BT's plan to spend £50 million on rolling out new fibre broadband across the UK is progressing well, according to the firm, despite a lack of updates on the project.
Last January, BT unveiled plans to expand its fibre service to 400,000 extra premises across 30 cities, which followed the telecoms giant's £2.5 billion investment to provide some 19 million UK premises with superfast broadband.
Along with its commitment to the separate, state aid-fuelled Broadband Delivery UK (BDUK), programme, which hopes to boost superfast coverage to 90% by late 2015 and 95% by 2017, BT's investment totals over £3 billion.
However, the additional £50 million was intended to cover some of the gaps left open by the BDUK project and its own investment.
Namely, enabling city cabinets that were not part of its original commercial plans due to constraints, deploying fibre to cabinets to serve units such as apartment blocks, and laying further fibre cables including Fibre-to-the-Premises (FTTP) at new build sites.
At the time, Mike Galvin, Openreach’s Managing Director of Network Investment, said the company was reaching "vast swathes" of rural Britain in conjunction with its public sector partners, but vowed to upgrade city areas "under our own steam".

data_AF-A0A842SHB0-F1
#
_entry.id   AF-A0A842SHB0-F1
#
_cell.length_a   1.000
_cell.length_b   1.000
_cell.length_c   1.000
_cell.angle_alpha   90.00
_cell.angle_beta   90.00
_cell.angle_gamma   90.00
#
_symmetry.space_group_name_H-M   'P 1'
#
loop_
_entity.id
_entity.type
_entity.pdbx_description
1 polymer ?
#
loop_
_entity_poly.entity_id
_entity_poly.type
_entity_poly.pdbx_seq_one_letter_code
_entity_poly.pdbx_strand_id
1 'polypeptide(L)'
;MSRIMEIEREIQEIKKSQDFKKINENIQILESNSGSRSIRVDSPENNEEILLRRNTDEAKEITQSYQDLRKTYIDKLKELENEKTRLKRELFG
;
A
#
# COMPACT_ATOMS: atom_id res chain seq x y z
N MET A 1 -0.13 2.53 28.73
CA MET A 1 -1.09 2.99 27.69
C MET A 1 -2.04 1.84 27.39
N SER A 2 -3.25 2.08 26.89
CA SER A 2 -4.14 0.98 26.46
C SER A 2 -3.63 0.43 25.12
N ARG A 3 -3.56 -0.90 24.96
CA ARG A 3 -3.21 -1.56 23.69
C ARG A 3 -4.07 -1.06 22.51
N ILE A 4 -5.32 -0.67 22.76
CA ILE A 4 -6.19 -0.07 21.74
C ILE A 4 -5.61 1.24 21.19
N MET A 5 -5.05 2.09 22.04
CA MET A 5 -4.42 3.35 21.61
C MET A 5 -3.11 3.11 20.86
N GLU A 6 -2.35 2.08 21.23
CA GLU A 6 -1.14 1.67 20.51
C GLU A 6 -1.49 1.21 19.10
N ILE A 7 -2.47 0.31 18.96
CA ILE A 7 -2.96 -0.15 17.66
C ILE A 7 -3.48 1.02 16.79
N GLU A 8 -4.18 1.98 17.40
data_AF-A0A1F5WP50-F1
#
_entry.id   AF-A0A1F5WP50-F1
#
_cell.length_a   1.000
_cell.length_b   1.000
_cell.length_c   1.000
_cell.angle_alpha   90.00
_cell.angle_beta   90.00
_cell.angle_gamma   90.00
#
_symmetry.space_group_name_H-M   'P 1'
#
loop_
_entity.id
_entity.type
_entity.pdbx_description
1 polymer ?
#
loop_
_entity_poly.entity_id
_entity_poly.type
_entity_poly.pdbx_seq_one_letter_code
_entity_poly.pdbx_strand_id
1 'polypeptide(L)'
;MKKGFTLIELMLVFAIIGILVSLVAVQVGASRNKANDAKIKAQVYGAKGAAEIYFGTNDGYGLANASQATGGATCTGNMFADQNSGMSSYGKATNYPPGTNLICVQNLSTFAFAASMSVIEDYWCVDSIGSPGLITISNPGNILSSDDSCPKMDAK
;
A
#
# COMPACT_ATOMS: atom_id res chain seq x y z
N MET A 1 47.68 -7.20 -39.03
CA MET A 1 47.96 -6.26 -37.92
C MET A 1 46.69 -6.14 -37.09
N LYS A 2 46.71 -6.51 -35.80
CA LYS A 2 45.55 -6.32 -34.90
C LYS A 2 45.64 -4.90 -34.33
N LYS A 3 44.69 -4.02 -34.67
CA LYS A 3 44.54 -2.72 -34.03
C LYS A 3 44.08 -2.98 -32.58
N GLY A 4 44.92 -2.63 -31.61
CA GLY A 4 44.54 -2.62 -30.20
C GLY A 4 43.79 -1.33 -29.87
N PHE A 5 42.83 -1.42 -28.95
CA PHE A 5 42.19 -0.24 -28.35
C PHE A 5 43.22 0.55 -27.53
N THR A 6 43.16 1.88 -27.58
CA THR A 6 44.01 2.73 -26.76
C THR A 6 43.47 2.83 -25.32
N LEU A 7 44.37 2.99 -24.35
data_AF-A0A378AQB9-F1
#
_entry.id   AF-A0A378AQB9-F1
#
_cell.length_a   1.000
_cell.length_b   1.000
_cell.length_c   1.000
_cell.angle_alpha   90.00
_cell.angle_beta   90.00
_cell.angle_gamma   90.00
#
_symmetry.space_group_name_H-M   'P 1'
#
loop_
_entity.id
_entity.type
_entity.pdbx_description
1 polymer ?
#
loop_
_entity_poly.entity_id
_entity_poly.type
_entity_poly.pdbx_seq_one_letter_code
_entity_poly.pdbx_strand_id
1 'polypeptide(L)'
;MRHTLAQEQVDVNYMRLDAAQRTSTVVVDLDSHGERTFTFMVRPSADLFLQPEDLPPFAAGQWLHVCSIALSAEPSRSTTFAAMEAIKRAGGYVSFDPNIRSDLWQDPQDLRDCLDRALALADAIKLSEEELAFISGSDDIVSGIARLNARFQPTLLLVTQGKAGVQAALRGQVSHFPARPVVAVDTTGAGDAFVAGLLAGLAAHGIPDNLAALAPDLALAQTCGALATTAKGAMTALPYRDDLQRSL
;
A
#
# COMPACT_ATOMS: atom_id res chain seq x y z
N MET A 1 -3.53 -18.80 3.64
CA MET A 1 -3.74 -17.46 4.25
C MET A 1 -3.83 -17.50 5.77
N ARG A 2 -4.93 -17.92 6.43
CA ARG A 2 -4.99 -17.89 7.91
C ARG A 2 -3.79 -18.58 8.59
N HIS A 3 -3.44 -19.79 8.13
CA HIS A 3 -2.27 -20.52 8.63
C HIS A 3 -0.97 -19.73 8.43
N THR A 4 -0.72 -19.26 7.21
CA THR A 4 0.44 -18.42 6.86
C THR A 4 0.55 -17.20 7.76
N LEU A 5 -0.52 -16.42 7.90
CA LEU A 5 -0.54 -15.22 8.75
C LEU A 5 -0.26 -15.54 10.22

Since then, updates regarding the £50 million scheme have been thin on the ground, though Mr Galvin did note in late 2014 that some city areas have "proved challenging" and that BT will be returning to those and will pass "hundreds of thousands of additional premises" with fibre.
More silence followed, but BT has finally revealed when and where the investments are being made, and vowed to match the pledge it made in January last year.
"Some of that money is already being spent on trials of new fibre technology in London. Those are in-turn helping us plan and allocate funds effectively so that we can reach the largest possible number of homes and businesses in each area," a spokesman told ISPreview. Moving forward, BT promised to update businesses and the public on specific roll-out locations as and when details are concrete.